Today’s growing cloud adoption trend coupled with a wave of high profile data breaches has propelled security to the top of the list of concerns for businesses. There’s an increasing awareness about how critical data protection is to an enterprise.

Security exposures can be costly, embarrassing and damaging to an organization’s reputation and customer confidence. Take the case of Home Depot and Target, both of which were hit by huge, high-impact security breaches. At Home Depot, 56 million credit and debit cards may have been compromised during a five-month period. Ironically, Home Depot was reported to have begun a project to fully encrypt its payment terminal data this year, but unfortunately the break-in preceded the completion of the security project. Home Depot estimated the costs of the investigation, credit monitoring service, call center staffing and other remediating steps would be approximately $62 million. Target also had a significant security breech in 2013 where they reported that up to 40 million customers’ credit and debit card information had been stolen. Target wound up paying $10 million to settle a class-action lawsuit related to the company's security lapse. Security isn’t one of the sexiest topics in technology, but when it’s comprised, it immediately becomes a priority.

SQL Server Always Encrypted Prevents Unauthorized Data Access
SQL Server 2016’s Always Encrypted feature enables you to secure sensitive data from all unauthorized access – even from database administrators. Always Encrypted is new with SQL Server 2016 and it’s a client-side encryption technology. The data is encrypted when it is written to the database and it’s decrypted by the client when that data is accessed by an approved application. Always Encrypted is quite different from SQL Server’s earlier encryption technology Transparent Data Encryption (TDE). TDE provides at-rest data encryption where the data is encrypted when it’s stored on the disk, but SQL Server decrypts data when authorized users access it.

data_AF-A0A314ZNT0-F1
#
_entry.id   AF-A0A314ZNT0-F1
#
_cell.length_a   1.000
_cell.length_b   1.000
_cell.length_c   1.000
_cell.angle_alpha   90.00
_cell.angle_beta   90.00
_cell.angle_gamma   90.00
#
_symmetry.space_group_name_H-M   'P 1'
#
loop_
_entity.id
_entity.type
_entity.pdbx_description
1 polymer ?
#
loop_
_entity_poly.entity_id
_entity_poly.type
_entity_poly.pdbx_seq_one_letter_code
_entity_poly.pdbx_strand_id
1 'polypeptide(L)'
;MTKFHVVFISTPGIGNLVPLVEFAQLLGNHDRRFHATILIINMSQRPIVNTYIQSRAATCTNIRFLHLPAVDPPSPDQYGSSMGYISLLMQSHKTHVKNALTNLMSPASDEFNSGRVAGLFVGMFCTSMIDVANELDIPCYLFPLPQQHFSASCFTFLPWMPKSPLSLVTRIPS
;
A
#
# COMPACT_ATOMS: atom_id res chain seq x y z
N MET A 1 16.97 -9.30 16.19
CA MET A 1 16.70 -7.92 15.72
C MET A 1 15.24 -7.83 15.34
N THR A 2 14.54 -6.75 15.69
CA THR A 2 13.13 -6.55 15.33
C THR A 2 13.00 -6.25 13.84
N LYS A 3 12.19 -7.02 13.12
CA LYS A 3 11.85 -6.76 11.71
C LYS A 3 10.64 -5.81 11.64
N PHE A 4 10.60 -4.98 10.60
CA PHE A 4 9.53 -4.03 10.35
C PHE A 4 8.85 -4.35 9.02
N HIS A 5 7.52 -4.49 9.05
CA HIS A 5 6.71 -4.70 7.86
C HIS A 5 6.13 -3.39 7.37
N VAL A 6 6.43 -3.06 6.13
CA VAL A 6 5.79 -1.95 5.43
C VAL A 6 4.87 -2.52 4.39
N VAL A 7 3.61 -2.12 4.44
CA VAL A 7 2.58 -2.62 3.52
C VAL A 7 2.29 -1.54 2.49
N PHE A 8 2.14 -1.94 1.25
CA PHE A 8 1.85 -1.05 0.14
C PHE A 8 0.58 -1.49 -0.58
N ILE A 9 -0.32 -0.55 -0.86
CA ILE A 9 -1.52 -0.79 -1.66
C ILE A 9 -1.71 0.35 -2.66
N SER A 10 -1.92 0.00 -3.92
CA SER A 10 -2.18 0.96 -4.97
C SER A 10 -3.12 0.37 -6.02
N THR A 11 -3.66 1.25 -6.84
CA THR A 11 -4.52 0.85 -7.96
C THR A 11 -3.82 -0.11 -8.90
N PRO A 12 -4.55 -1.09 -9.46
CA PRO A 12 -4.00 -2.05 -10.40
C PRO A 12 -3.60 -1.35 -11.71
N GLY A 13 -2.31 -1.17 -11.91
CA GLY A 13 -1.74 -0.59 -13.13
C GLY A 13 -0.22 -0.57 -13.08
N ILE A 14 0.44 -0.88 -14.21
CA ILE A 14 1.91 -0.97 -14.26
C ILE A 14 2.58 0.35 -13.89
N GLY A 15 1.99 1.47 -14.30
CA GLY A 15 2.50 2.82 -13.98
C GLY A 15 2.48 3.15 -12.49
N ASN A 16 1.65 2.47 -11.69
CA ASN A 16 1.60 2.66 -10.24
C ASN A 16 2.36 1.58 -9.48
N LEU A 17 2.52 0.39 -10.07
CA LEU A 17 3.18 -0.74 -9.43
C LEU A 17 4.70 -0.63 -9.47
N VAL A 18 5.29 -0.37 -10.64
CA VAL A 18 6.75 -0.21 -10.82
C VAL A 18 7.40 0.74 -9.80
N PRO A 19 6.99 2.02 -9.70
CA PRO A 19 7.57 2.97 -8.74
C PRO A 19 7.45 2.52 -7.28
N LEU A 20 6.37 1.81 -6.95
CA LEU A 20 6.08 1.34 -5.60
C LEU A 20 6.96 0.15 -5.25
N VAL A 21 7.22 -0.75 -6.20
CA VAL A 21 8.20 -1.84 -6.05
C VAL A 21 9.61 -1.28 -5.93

This means that the in-flight data is not encrypted and highly authorized users have access to the data. SQL Server 2016’s Always Encrypted is implemented through the use of an Always Encrypted aware database driver that’s used by the application. Microsoft has added Always Encrypted support to the .NET Framework 4.6 driver, the Microsoft JDBC 6.0 driver and the Microsoft ODBC 13 driver. The Always Encrypted database driver connects to the database using an encryption key. The data can only be decrypted by using the encryption key. Other applications or data queries can retrieve the encrypted values, but those values will not be unencrypted and therefore will remain secure. The SQL Server database engine only works with the encrypted data. You can see an overview of the Always Encrypted data flow in Figure 1.

Figure 1 – Always Encrypted Data Flow

In Figure 1, you can see that the data encryption takes place in the Enhanced ADO.NET driver while the data store in SQL Server is always encrypted. SQL Server 2016’s Always Encrypted technology prevents unauthorized data security breaches and will ensure that your sensitive data is only accessed by authorized applications.

Underwritten by HPE and Microsoft